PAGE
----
A RENEWED FOCUS ON THE HUNTER ENVIRONMENT

NSW Environment Protection Authority

The newly established Hunter Environment Advisory Group met for the first time last week, bringing together a group of representatives from community, industry and councils to discuss the Hunter’s unique environmental profile, challenges and priorities.

The new Advisory Group has evolved to combine and replace two former committees – the Upper Hunter Air Quality Advisory Committee (UHAQAC) and Newcastle Community Consultative Committee for the Environment (NCCCE) – providing a more unified approach to environmental issues across the region.

Fourteen members represent interests across the Hunter region, including six from the community, four from industry, three from local government, and one environmental representative.

NSW Environment Protection Authority (EPA) Executive Director of Operations Jason Gordon, who chairs the group, said the new Advisory Group will inform the EPA’s regulatory priorities and work in the region.

“The Hunter Environment Advisory Group is a great way for us to come together to listen to the major environmental concerns across the Hunter region, and share the ideas and actions being taken to mitigate these issues,” Mr Gordon said.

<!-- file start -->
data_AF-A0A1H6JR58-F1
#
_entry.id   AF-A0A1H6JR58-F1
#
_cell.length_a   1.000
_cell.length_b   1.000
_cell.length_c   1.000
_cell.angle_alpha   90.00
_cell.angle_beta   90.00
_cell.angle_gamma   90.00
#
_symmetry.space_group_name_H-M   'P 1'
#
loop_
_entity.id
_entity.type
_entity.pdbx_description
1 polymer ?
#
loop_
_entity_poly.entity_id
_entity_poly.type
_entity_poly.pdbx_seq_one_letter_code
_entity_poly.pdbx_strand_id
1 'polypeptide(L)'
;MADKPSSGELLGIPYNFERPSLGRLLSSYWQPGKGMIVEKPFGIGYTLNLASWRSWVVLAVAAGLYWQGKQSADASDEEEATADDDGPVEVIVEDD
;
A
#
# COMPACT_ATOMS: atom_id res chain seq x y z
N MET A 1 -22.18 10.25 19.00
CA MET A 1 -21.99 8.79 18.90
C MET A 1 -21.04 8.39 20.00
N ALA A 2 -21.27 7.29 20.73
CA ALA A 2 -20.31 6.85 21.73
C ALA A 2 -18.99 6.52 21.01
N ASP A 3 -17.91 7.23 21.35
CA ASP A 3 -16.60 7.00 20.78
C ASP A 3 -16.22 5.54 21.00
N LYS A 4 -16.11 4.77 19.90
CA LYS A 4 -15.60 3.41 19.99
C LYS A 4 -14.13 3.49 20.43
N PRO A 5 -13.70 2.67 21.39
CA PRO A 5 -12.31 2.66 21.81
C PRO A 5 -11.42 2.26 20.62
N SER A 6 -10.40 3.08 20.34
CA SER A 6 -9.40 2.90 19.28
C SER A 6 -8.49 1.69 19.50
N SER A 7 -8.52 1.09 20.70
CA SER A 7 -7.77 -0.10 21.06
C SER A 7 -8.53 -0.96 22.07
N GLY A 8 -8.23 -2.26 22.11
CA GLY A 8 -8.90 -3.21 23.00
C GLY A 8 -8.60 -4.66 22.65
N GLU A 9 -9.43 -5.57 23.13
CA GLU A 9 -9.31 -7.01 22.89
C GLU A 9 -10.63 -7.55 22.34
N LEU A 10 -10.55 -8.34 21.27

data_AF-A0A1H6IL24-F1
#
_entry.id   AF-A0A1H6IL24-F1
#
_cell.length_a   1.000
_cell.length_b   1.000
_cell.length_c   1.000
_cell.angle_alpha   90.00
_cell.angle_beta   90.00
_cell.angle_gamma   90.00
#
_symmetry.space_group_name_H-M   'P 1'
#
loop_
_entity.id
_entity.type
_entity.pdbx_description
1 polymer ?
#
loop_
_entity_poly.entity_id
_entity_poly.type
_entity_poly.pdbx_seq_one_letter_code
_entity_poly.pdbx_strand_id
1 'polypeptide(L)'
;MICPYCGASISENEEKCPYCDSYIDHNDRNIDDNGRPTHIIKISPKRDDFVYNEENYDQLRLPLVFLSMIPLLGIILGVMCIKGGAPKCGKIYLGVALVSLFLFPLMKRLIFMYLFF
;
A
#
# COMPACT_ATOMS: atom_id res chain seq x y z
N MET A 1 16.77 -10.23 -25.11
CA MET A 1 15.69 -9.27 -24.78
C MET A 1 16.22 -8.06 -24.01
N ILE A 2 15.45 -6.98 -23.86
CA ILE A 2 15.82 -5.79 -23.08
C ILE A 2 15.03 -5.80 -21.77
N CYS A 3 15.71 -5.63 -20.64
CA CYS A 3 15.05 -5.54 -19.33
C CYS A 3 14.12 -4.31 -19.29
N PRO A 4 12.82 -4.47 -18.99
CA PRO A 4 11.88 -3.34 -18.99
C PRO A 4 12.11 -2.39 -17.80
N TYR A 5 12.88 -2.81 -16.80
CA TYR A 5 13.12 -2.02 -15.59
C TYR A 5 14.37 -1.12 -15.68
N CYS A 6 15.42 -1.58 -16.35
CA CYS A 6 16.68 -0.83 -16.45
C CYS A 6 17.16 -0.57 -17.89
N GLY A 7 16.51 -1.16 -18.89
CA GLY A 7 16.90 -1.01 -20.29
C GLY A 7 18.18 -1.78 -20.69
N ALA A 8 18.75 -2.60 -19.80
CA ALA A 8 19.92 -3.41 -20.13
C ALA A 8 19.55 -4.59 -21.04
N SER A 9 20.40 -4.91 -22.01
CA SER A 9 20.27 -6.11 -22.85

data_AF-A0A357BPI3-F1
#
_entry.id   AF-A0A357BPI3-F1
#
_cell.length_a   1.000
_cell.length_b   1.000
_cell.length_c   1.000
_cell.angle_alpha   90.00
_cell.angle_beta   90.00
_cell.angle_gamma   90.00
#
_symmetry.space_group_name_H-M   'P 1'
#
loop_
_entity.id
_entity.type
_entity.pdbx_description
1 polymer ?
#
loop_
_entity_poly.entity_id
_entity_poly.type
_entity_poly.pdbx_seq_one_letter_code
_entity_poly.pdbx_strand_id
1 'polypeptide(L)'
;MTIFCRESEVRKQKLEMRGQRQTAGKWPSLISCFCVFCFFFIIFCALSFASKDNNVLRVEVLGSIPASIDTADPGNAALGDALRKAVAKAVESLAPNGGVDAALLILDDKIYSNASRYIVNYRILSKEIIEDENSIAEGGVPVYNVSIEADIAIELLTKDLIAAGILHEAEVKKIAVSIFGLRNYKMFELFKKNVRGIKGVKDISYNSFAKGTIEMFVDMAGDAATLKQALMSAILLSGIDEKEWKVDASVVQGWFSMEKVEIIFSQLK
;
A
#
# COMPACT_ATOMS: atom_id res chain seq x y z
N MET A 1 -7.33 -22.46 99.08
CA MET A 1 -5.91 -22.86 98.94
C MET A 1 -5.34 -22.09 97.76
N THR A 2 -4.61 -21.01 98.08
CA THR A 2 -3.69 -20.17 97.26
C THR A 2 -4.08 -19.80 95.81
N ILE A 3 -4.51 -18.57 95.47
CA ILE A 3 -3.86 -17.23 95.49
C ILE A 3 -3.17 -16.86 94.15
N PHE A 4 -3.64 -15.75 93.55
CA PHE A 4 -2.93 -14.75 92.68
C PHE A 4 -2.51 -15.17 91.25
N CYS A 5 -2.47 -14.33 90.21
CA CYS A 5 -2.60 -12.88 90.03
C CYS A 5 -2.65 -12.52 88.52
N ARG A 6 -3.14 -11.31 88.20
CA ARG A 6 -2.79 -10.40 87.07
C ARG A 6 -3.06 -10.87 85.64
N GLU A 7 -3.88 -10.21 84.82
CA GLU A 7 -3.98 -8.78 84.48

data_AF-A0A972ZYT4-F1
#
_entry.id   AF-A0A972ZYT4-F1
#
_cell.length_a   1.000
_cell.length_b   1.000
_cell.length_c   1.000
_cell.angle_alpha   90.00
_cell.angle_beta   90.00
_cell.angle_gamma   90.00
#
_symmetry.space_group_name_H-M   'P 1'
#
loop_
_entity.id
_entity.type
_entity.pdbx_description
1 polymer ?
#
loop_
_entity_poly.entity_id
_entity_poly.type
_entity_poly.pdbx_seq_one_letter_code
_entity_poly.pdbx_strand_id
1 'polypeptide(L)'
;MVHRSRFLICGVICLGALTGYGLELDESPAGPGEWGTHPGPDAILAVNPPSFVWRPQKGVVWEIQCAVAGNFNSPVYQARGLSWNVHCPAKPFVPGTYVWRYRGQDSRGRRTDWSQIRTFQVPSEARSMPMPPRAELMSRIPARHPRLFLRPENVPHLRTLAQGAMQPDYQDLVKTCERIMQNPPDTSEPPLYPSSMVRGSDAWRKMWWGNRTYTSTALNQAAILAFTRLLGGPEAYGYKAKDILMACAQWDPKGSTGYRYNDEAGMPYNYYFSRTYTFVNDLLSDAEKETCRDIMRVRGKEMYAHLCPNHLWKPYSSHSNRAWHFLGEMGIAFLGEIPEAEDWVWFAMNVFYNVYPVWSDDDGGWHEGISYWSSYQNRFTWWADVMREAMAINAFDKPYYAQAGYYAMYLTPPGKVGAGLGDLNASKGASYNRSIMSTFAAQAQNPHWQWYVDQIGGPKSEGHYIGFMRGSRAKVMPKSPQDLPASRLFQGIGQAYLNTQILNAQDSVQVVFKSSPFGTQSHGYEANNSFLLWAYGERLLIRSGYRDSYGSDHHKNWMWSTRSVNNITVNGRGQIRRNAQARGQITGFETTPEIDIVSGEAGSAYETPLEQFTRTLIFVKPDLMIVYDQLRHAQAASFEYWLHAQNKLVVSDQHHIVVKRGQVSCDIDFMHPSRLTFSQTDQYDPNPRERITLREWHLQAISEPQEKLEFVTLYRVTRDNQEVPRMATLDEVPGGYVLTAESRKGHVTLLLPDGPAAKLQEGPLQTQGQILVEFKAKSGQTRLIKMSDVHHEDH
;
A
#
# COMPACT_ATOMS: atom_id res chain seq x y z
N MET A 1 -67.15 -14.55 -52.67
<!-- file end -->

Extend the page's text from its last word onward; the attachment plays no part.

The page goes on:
“In our first meeting, we covered a range of topics including local air quality and monitoring networks and discussed water quality and the remediation of contaminated land.

“We committed to more transparency about how the EPA works with our licensees and protects the environment across a range of industries.

“The inaugural meeting was also a great opportunity to discuss the results of the EPA’s recent Operation ‘Bust the Dust’. Using drones and unannounced site inspections, EPA officers undertook 78 observations of coal mines in the Hunter Valley between August and December 2023 to monitor for dust emissions.

“Fortunately, the results from this latest campaign show improved performance by local mines against previous years, including increased measures for dust suppression and several instances where operations were stood down in response to dust risks.

“We understand that dust from mining activity in the Hunter Valley is a key concern for the community, and the EPA will continue its campaigns and routine inspections to ensure the mines are maintaining good air quality in the region.”

The Hunter Environment Advisory Group will meet every six months.

/Public Release.